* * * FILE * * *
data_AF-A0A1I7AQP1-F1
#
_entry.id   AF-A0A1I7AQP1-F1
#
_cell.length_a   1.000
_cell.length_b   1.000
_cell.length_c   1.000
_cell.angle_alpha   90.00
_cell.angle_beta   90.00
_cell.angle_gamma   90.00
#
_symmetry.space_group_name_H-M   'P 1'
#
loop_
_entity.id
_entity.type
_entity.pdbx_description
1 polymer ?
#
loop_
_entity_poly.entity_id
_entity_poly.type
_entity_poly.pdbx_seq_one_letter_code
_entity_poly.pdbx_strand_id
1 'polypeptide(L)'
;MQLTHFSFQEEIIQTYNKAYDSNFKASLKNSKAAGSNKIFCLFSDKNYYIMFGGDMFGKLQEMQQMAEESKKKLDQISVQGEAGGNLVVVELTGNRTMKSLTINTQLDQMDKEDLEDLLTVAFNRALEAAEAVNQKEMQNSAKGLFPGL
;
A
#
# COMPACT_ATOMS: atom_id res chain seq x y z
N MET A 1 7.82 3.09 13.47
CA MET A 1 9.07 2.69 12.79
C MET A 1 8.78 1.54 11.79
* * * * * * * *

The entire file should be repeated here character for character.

data_AF-A0A1I7AQP1-F1
#
_entry.id   AF-A0A1I7AQP1-F1
#
_cell.length_a   1.000
_cell.length_b   1.000
_cell.length_c   1.000
_cell.angle_alpha   90.00
_cell.angle_beta   90.00
_cell.angle_gamma   90.00
#
_symmetry.space_group_name_H-M   'P 1'
#
loop_
_entity.id
_entity.type
_entity.pdbx_description
1 polymer ?
#
loop_
_entity_poly.entity_id
_entity_poly.type
_entity_poly.pdbx_seq_one_letter_code
_entity_poly.pdbx_strand_id
1 'polypeptide(L)'
;MQLTHFSFQEEIIQTYNKAYDSNFKASLKNSKAAGSNKIFCLFSDKNYYIMFGGDMFGKLQEMQQMAEESKKKLDQISVQGEAGGNLVVVELTGNRTMKSLTINTQLDQMDKEDLEDLLTVAFNRALEAAEAVNQKEMQNSAKGLFPGL
;
A
#
# COMPACT_ATOMS: atom_id res chain seq x y z
N MET A 1 7.82 3.09 13.47
CA MET A 1 9.07 2.69 12.79
C MET A 1 8.78 1.54 11.79